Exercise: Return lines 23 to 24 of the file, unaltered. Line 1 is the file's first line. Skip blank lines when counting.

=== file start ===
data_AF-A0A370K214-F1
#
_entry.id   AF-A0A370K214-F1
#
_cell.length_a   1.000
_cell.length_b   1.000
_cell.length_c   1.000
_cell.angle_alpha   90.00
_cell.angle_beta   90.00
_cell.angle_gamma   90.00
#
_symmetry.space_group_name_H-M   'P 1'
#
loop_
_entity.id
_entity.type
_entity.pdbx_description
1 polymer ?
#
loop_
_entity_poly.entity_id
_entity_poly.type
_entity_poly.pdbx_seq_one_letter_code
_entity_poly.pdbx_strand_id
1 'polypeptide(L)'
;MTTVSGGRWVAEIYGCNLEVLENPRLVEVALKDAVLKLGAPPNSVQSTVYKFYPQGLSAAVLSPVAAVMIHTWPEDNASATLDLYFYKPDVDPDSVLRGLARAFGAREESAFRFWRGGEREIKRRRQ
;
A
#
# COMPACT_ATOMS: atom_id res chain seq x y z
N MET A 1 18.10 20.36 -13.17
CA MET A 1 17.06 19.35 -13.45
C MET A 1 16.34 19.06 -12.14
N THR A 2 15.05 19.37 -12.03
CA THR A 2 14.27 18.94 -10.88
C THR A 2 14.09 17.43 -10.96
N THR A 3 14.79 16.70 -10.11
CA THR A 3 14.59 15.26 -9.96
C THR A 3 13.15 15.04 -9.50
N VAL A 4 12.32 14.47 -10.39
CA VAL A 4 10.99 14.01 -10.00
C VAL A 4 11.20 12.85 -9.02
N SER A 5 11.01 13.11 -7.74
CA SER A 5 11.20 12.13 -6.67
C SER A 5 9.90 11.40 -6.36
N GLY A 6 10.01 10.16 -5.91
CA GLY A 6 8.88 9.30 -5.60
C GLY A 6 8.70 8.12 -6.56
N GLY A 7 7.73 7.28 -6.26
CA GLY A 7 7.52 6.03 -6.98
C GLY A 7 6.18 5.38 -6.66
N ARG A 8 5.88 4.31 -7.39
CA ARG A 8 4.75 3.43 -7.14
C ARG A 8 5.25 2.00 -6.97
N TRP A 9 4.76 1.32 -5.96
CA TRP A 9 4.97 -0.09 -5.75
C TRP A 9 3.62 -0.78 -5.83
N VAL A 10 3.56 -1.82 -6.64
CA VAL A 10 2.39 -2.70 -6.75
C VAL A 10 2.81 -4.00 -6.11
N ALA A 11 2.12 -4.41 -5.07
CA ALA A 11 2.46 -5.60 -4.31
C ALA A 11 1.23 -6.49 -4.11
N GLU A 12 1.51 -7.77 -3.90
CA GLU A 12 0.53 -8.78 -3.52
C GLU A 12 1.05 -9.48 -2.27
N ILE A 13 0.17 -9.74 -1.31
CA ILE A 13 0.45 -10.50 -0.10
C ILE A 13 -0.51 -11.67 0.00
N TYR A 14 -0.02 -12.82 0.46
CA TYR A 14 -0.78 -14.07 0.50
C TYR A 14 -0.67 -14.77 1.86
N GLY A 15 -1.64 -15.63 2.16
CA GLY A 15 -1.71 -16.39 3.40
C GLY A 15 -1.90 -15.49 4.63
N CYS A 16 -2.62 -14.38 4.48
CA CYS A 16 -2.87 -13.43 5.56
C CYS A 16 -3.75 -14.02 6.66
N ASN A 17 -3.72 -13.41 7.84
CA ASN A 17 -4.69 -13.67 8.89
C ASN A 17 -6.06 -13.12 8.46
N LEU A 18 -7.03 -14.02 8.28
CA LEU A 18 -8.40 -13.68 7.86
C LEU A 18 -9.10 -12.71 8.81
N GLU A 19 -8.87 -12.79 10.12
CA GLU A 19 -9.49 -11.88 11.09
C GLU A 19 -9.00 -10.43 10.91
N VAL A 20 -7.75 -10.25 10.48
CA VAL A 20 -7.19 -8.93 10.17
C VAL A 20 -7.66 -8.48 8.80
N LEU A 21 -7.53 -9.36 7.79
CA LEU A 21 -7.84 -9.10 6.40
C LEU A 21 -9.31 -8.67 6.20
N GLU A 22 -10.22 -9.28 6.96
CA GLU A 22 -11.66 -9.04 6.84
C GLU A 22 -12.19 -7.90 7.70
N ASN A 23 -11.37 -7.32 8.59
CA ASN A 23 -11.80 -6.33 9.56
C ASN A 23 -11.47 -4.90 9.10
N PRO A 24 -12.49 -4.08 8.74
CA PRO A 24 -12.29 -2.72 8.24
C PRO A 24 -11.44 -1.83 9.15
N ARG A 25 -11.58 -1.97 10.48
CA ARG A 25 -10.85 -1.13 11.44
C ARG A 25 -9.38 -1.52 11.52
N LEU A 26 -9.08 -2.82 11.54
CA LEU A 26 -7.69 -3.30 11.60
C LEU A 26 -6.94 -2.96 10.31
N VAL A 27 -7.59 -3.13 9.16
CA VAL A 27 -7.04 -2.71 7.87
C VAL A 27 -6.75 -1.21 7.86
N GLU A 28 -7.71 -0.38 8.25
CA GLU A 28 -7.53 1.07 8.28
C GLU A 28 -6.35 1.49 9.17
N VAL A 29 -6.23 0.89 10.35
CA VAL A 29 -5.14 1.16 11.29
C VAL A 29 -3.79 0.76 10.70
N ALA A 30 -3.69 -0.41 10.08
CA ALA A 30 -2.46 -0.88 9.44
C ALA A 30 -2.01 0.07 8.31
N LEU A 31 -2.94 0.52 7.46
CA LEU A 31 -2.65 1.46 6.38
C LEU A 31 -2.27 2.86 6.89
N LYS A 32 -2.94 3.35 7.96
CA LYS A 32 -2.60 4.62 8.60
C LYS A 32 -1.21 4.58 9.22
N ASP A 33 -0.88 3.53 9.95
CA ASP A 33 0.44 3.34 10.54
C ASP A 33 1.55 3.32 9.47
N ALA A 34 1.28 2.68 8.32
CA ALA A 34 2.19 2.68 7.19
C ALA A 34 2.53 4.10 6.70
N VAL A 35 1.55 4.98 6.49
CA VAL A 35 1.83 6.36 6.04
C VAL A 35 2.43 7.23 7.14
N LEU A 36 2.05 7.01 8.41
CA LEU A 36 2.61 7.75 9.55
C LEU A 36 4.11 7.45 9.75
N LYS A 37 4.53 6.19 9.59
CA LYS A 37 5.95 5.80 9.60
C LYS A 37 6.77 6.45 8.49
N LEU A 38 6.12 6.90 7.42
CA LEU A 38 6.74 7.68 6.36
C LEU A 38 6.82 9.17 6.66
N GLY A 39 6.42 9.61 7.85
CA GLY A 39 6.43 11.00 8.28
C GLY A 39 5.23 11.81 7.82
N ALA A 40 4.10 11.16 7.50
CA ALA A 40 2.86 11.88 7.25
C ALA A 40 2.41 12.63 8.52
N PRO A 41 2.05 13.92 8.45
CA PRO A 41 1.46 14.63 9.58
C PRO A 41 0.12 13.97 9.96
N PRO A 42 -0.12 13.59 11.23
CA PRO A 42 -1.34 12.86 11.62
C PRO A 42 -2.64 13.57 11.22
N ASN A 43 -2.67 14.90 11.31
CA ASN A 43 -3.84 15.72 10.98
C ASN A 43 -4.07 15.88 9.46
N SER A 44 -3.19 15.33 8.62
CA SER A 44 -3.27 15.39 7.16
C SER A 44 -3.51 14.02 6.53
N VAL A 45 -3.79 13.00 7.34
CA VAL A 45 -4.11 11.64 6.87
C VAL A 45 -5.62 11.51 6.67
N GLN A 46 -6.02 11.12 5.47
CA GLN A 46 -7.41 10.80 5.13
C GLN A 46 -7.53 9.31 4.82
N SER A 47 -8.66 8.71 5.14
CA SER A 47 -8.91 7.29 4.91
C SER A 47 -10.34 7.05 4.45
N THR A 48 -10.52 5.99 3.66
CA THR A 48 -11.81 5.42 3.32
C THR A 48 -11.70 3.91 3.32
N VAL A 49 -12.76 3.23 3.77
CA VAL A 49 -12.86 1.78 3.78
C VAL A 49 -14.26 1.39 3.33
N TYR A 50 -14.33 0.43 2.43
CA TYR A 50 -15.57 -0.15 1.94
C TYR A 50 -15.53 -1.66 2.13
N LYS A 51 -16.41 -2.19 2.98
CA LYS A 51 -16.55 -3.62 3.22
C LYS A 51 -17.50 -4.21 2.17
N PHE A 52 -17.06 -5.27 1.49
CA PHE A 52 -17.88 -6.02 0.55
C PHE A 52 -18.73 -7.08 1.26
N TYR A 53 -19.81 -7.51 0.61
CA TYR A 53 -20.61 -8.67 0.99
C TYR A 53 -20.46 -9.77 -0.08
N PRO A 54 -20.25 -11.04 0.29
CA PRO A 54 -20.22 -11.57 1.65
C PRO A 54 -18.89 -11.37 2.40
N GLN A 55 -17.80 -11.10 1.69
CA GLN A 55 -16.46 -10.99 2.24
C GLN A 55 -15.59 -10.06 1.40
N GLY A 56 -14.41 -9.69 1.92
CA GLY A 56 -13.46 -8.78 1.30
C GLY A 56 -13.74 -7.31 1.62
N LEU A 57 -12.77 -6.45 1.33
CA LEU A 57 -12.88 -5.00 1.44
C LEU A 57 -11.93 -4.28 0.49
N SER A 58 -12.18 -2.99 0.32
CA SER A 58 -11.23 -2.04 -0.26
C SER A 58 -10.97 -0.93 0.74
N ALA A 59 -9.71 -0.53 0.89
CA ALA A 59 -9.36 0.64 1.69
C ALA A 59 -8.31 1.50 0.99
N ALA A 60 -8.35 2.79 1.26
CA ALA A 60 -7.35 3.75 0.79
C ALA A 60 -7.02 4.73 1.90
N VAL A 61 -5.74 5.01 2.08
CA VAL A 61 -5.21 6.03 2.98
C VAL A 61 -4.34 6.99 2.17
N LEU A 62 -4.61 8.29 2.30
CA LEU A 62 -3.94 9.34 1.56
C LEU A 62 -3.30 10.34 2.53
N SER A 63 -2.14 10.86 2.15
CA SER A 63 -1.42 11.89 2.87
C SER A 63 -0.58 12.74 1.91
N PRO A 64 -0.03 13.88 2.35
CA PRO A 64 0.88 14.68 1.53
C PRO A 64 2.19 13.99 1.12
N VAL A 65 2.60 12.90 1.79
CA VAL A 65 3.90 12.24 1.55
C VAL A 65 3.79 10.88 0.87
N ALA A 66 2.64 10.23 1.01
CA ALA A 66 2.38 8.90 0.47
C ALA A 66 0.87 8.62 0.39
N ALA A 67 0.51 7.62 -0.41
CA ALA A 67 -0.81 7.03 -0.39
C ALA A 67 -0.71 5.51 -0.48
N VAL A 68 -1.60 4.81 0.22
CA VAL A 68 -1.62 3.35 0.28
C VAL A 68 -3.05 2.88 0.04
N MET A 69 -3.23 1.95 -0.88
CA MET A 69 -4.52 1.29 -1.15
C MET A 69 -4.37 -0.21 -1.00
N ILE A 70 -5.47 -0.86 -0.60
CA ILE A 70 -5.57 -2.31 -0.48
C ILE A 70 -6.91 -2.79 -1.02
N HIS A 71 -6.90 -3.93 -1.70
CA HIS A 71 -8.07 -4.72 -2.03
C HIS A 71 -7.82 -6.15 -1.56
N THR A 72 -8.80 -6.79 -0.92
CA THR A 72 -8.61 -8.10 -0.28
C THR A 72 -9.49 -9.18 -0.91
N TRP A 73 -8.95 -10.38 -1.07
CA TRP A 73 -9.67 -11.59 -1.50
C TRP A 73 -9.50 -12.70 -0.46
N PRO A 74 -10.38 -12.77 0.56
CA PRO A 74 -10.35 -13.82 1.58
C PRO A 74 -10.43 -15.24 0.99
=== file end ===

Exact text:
_entity_poly.pdbx_seq_one_letter_code
_entity_poly.pdbx_strand_id